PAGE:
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Chucklefish are the developers behind the games Starbound and Stardew Valley.

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    Cool! I did want to say that the constant “I want to talk about this but can’t because NDA” was really annoying.

    Like, all the main consoles are x64. They’re probably all running a derivative of Windows or Linux. They’re all using AMD graphics chips. NDAs are just asinine in that (and most other) environments.

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      They definitely show that they are annoyed by it themselves. I’ve been researching the whole thing with bringing Rust to consoles for a while (out of curiosity), without access to dev kits and signing an NDA, and basically, the whole NDA thing is really pervasive.

      Yes, in general, these things run modified stock operating systems.

      But they add on top of that. What they add on top? Good question. For the general public, it’s a matter of research. For example, the PS4 kernel adds a wide range of syscalls: http://www.psdevwiki.com/ps4/Syscalls On top comes a whole SDK. This is partially standard software, too, the PS4 toolchain is based on clang/LLVM, the compiler components are even in their mainline. So, from the perspective of rustc, this is indeed not much of an issue.

      Porting and supporting Rust on consoles is both easy and hard: you basically “just” have to port stdlib over and compile for the given architecture. Done. The problem is that any specifics of that target and especially all APIs are under NDA. And that’s all the interesting parts to talk about. Also, it means that when they refer to using a modified libstd or modified libraries, these modifications will definitely relate to these NDA’d components, which makes almost all public discussion impossible.

      These NDAs are absolutely annoying, but people really keep to them, because the costs for dev-kits are high and as far as I understand, breaking them may bar you from releasing for the platform.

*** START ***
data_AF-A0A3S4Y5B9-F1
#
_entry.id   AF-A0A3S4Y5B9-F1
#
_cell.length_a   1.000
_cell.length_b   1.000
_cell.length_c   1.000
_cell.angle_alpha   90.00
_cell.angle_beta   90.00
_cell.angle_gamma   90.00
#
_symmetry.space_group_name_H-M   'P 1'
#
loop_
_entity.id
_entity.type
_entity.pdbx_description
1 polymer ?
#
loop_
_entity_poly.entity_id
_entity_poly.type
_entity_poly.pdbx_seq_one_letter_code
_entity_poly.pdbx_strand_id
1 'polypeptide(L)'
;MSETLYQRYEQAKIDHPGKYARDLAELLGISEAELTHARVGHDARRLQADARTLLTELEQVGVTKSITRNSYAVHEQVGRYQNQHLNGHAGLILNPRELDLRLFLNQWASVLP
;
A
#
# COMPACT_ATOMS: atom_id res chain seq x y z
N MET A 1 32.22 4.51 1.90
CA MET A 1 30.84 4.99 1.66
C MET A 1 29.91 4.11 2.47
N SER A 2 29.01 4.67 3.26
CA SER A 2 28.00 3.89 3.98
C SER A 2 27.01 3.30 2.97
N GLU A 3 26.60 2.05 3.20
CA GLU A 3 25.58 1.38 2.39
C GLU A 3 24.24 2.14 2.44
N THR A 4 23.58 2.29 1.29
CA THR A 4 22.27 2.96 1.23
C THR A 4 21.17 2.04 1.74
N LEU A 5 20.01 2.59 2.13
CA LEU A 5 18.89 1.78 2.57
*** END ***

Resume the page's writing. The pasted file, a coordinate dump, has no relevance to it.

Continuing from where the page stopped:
The hardware is not of an issue, to my understanding.

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        Agreed–my point is that this sort of thing is a blight on our industry. And thanks for the additional insight on getting things to run on consoles. Is it really just as “easy” as porting of the stdlib?

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          Agreed–my point is that this sort of thing is a blight on our industry.

          It is. There not much more to say about that. And it makes it really hard for the Rust project to support that industry, because it would require opting into those rules.

          Without having tried it myself (no devkit ;)), it doesn’t seem to hard. There’s always been someone claiming to having rustc target consoles as an idle pastime. It rarely goes somewhere.

          Serious game programmers getting involved in Rust has no great history, because of mainly two problems:

          a) They cannot release the code due to the restrictions layed out above.

          b) They are contractually barred from contributing to open source, including even speaking to us.

          Both are not theory, but happened. It is a trashfire for FOSS people, I really cannot find anything good about it.

          The only way I currently see is someone picking up the issue and getting started as a middleware vendor for all major platforms, basically maintaining a fork of rustc. Our license allows it.

          Is it really just as “easy” as porting of the stdlib?

          stdlib is the only thing that has notable dependence on “the outside world” (through libc), so porting the Rust libraries to a pretty standard target is not too hard.

          The Rust ecosystems reliance on cargo and FOSS libraries is a different thing, they may or may not run on the target and it isn’t very feasible to contribute patches back.

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        I thought I heard something about the Switch running a BSD variant.

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          Switch isn’t FreeBSD after all, it’s a port of Nintendo’s custom OS from the 3DS to the Switch. FreeBSD code is likely just drivers or networking stack related.

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            Ah interesting, thank you.

            I recently got a Switch and have been meaning to learn more about this stuff…

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            Good catch! Switch looks to be Nvidia graphics, Arm CPU, and FreeBSD+mods OS. PS4 is based on FreeBSD 9.

            Still, nothing exotic like the Cell stuff back in the day.

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              Yeah totally, I wasn’t trying to imply you’re wrong, just an interesting related factoid. :)